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What to Know About Taking Out a Mortgage

What to Know About Taking Out a Mortgage
Fiona StaffJanuary 8th · 4 min read

For most people, buying a home is an important life milestone — and a rather pricey one. Since such a small percentage of Americans can afford to pay for a house in cash (i.e., upfront and in full), the majority of prospective buyers need to apply for a mortgage. 

A mortgage, of course, is a loan specifically designed for buying or refinancing a home and other real estate purchases. The process is thorough, as applicants are assessed on several financial components, including (but not limited to): credit rating, credit history, debt-to-income ratio, and employment status, as well as other factors that help determine a borrower’s ability to repay. 

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Yep, a mortgage is not your typical loan. Nonetheless, being informed on the process is crucial when it comes to finding the right lender and knowing what is required from applying to closing and everything in between. (Not to mention once the actual mortgage payments start getting collected.) 

Here is what every future homeowner needs to know about taking out a mortgage. 

The Application Process

Like with any loan, a prospective borrower must be approved for a mortgage after an in-depth review process. And as stated above, a lot goes into determining and underwriting a mortgage, mainly due to the high cost of buying a home and financial risk a lender takes on. As a result, applicants will want to ensure all of their financial records are in order, and that they meet the requirements for the specific type of mortgage they seek. 

Typically, an applicant will apply for a conventional fixed-rate mortgage with a 30-year term. With this option, borrowers repay their mortgage at a fixed interest rate that does not change over the life of the loan. There are other options (e.g., adjustable-rate, jumbo, interest-only), but for applicants who do not meet the requirements for a conventional mortgage, there are government-loan programs available for moderate-to-low income borrowers, veterans, and underserved rural areas.

Of course, applying is about more than just getting approved. It also involves comparing lenders and finding the right option based on numerous factors, from the consumer’s credit profile, to the type of mortgage, to the home itself. Applicants are able to get pre-approved (or pre-qualified) for a mortgage in some instances, which provides an initial indication of approval based on financials submitted to the lender. 

Have trouble picking the right lender? With Fiona, you can view mortgages from multiple top providers in one place — and compare which offer is best for you. 

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Closing the Deal

Once approved for a mortgage to buy a home, there are several other checkpoints a borrower must go through to finalize the process. First off, a down payment is typically required, in the range of 3% to 20% of the purchase price. The deposit (ultimately toward the down payment is normally placed into an escrow account, where it remains until the purchase of the home officially closes.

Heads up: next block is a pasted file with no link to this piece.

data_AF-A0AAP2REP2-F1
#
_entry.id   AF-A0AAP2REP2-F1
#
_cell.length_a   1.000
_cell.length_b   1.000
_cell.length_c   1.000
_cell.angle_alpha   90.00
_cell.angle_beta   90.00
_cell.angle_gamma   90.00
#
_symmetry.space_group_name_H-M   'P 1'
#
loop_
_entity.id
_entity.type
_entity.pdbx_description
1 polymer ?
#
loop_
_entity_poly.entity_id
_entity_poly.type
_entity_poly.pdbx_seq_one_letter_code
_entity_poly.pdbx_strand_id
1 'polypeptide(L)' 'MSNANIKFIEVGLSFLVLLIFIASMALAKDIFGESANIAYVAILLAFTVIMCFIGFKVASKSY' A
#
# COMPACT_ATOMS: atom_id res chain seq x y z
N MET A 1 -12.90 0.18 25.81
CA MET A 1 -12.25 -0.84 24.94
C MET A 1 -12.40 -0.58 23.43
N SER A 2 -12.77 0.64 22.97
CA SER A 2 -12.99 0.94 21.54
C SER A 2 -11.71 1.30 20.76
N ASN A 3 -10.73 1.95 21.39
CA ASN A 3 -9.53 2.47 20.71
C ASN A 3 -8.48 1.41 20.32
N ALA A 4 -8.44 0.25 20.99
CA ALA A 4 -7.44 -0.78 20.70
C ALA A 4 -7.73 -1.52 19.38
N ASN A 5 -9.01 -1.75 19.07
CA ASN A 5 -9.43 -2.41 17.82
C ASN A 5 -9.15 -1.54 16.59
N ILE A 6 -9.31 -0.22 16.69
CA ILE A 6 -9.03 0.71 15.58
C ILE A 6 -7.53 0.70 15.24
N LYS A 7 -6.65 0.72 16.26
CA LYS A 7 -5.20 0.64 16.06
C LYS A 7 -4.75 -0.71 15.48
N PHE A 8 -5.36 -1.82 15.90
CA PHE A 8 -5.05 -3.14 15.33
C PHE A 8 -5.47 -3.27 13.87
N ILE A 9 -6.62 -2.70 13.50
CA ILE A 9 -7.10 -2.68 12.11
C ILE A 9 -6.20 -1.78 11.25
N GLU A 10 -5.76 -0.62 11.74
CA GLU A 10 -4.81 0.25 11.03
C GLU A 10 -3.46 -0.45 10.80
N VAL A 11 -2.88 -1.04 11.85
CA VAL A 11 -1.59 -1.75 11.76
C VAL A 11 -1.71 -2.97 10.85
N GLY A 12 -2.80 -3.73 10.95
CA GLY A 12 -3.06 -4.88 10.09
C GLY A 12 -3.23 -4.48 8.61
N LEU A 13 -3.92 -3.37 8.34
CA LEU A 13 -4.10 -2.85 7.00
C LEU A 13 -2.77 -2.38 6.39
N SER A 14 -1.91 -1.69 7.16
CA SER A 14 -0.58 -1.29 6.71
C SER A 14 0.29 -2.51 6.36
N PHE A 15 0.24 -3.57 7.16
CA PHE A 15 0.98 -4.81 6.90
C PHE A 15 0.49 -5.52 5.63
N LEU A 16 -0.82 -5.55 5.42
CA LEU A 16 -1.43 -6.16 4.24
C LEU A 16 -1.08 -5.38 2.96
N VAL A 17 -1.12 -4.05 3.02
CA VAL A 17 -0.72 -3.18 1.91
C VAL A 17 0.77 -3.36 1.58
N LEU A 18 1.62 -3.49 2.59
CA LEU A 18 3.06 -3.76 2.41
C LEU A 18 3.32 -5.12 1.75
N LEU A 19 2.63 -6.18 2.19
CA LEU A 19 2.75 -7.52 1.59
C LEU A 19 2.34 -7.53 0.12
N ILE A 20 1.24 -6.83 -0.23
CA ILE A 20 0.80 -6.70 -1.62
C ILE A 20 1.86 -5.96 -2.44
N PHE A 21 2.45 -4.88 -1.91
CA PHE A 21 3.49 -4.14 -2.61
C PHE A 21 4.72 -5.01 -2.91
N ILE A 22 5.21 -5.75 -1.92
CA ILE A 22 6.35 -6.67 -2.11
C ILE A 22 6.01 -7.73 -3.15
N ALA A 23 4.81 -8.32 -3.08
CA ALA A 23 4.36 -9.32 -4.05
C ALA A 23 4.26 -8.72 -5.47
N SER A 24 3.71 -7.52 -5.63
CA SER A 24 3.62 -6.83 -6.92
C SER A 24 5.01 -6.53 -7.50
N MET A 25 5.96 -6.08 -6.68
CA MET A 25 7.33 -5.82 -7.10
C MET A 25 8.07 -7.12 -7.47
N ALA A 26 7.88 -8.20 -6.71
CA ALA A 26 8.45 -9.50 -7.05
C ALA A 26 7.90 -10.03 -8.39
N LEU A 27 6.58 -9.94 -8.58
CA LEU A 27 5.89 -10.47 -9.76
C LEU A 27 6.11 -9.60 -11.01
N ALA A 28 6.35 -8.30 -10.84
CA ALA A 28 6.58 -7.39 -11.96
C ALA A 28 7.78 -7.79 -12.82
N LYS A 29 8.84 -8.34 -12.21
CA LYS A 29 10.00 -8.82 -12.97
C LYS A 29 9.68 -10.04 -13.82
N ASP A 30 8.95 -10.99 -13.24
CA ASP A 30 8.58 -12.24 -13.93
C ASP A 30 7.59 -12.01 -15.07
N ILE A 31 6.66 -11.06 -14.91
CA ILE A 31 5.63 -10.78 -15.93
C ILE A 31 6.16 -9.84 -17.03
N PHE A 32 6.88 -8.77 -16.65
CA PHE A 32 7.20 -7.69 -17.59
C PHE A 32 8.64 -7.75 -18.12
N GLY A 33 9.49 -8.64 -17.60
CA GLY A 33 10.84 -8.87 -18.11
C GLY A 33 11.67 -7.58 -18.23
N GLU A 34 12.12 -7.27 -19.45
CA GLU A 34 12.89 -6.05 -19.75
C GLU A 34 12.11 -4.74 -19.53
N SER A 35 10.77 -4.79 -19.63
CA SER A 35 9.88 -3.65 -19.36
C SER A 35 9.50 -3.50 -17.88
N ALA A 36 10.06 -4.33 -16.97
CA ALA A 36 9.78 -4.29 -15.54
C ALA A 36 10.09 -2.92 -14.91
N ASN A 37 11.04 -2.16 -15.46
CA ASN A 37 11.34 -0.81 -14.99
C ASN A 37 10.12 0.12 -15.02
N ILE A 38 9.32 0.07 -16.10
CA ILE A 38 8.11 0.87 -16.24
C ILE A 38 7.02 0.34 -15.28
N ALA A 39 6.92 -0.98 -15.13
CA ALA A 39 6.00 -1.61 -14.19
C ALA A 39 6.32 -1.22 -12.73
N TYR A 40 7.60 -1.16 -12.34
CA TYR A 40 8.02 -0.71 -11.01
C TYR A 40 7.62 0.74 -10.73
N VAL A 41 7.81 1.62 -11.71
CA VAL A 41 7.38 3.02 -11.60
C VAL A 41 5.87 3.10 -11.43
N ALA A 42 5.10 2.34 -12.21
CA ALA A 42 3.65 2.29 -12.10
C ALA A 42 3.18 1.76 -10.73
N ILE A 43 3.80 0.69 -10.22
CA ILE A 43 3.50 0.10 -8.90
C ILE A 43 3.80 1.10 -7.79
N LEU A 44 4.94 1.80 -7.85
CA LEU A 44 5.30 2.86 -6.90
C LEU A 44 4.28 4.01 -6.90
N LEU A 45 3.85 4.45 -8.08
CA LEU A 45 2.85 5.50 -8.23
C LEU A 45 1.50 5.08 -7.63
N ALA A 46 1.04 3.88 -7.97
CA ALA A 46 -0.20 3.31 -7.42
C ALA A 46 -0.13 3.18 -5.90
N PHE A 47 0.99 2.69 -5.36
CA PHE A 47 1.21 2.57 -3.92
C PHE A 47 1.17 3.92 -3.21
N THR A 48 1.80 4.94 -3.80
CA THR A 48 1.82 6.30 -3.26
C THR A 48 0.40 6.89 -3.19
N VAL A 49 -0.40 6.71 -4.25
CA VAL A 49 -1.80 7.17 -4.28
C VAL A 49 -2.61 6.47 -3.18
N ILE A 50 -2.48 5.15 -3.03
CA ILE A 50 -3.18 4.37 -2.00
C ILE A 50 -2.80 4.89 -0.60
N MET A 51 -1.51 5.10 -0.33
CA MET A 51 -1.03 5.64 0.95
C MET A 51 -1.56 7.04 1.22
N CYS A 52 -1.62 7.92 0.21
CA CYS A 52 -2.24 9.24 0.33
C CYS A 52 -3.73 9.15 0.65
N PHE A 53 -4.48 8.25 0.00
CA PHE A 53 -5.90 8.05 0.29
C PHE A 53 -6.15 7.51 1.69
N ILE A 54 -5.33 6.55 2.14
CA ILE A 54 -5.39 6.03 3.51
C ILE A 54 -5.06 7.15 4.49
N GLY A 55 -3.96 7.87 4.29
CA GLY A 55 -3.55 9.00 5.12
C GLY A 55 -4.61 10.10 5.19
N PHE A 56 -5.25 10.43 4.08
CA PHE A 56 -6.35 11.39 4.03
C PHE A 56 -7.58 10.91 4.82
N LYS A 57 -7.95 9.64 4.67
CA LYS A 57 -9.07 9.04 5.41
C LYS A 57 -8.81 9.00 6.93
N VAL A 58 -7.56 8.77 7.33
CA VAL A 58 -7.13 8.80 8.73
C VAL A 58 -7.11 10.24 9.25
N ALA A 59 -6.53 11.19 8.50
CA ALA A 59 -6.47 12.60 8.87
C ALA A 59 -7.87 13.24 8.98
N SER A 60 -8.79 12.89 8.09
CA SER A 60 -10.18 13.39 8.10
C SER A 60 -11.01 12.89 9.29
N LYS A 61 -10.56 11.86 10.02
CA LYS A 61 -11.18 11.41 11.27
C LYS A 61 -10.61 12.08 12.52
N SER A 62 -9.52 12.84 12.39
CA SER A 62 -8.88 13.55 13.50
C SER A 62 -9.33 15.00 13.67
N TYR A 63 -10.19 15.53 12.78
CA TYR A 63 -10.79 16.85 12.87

At the same time, both the borrower and lender will need to perform their due diligence on the property itself. It’s common for a prospective buyer to order an inspection, especially for an existing home, to address any unforeseen issues with the house before closing. At the same time, the lender will require an appraisal of the property to ensure its value, as well as a title search to ensure there are no outstanding liens. 

Finally, a borrower should be prepared to purchase homeowner’s insurance, as lenders require proof of such before final approval on a mortgage. Once all these boxes are checked, along with any other necessary documents or prerequisites, the borrower can officially close on the deal. 

Bottom Line

Taking out a mortgage may seem complicated, but the process is pretty straightforward as long as you know the pertinent details ahead of time. It’s important to know what you need to apply (and ultimately get approved) for a mortgage, along with all the other requirements and tasks along the way. When you’re looking for the right lender or offer, Fiona is a great option to see where you stand in the mortgage application process. 

Disclaimer: The material provided on this site is not intended to provide legal, investment, or financial advice or to indicate the suitability of any Even Financial product or service to your unique circumstances. For specific advice about your unique circumstances, you may wish to consult a qualified professional. Any information or statistical data sourced by Even Financial through hyperlinks, from third-party websites, are provided for informational purposes only. While Even Financial finds these sources to be accurate, it does not endorse or guarantee any third-party content.